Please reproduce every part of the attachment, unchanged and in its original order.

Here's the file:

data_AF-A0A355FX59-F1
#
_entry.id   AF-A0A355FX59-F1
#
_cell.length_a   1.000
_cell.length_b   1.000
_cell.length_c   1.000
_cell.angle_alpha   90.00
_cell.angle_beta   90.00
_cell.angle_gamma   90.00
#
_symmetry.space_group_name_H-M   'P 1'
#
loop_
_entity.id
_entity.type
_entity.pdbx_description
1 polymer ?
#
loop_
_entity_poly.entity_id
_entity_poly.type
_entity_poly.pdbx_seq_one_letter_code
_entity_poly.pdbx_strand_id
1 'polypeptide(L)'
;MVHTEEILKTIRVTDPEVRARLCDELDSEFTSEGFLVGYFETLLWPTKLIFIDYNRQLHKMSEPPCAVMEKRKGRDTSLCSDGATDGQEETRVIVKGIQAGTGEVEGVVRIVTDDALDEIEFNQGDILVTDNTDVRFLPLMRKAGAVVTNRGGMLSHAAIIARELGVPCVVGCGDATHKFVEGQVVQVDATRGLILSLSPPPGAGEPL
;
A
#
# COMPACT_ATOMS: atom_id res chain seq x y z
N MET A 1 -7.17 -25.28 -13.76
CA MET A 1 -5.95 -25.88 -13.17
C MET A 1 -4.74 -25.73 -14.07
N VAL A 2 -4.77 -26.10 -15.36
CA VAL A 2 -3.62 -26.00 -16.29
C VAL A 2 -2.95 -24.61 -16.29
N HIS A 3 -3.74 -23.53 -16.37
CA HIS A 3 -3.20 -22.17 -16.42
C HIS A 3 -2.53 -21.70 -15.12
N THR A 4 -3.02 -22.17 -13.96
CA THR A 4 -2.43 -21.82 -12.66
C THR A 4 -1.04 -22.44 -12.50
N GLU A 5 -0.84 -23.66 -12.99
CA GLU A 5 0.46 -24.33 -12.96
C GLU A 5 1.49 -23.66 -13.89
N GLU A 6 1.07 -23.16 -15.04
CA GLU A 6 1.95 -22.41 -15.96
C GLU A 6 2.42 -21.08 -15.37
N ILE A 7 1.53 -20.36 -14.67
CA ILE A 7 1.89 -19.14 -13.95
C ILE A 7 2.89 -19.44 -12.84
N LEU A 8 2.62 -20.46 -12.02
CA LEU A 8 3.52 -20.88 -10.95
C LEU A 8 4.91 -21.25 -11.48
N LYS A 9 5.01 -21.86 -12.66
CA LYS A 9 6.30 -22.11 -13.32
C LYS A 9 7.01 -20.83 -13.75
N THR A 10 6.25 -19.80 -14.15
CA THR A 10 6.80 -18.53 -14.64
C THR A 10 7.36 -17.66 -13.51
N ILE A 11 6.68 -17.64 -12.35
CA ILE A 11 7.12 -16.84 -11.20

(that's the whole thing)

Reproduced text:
data_AF-A0A355FX59-F1
#
_entry.id   AF-A0A355FX59-F1
#
_cell.length_a   1.000
_cell.length_b   1.000
_cell.length_c   1.000
_cell.angle_alpha   90.00
_cell.angle_beta   90.00
_cell.angle_gamma   90.00
#
_symmetry.space_group_name_H-M   'P 1'
#
loop_
_entity.id
_entity.type
_entity.pdbx_description
1 polymer ?
#
loop_
_entity_poly.entity_id
_entity_poly.type
_entity_poly.pdbx_seq_one_letter_code
_entity_poly.pdbx_strand_id
1 'polypeptide(L)'
;MVHTEEILKTIRVTDPEVRARLCDELDSEFTSEGFLVGYFETLLWPTKLIFIDYNRQLHKMSEPPCAVMEKRKGRDTSLCSDGATDGQEETRVIVKGIQAGTGEVEGVVRIVTDDALDEIEFNQGDILVTDNTDVRFLPLMRKAGAVVTNRGGMLSHAAIIARELGVPCVVGCGDATHKFVEGQVVQVDATRGLILSLSPPPGAGEPL
;
A
#
# COMPACT_ATOMS: atom_id res chain seq x y z
N MET A 1 -7.17 -25.28 -13.76
CA MET A 1 -5.95 -25.88 -13.17
C MET A 1 -4.74 -25.73 -14.07
N VAL A 2 -4.77 -26.10 -15.36
CA VAL A 2 -3.62 -26.00 -16.29
C VAL A 2 -2.95 -24.61 -16.29
N HIS A 3 -3.74 -23.53 -16.37
CA HIS A 3 -3.20 -22.17 -16.42
C HIS A 3 -2.53 -21.70 -15.12
N THR A 4 -3.02 -22.17 -13.96
CA THR A 4 -2.43 -21.82 -12.66
C THR A 4 -1.04 -22.44 -12.50
N GLU A 5 -0.84 -23.66 -12.99
CA GLU A 5 0.46 -24.33 -12.96
C GLU A 5 1.49 -23.66 -13.89
N GLU A 6 1.07 -23.16 -15.04
CA GLU A 6 1.95 -22.41 -15.96
C GLU A 6 2.42 -21.08 -15.37
N ILE A 7 1.53 -20.36 -14.67
CA ILE A 7 1.89 -19.14 -13.95
C ILE A 7 2.89 -19.44 -12.84
N LEU A 8 2.62 -20.46 -12.02
CA LEU A 8 3.52 -20.88 -10.95
C LEU A 8 4.91 -21.25 -11.48
N LYS A 9 5.01 -21.86 -12.66
CA LYS A 9 6.30 -22.11 -13.32
C LYS A 9 7.01 -20.83 -13.75
N THR A 10 6.25 -19.80 -14.15
CA THR A 10 6.80 -18.53 -14.64
C THR A 10 7.36 -17.66 -13.51
N ILE A 11 6.68 -17.64 -12.35
CA ILE A 11 7.12 -16.84 -11.20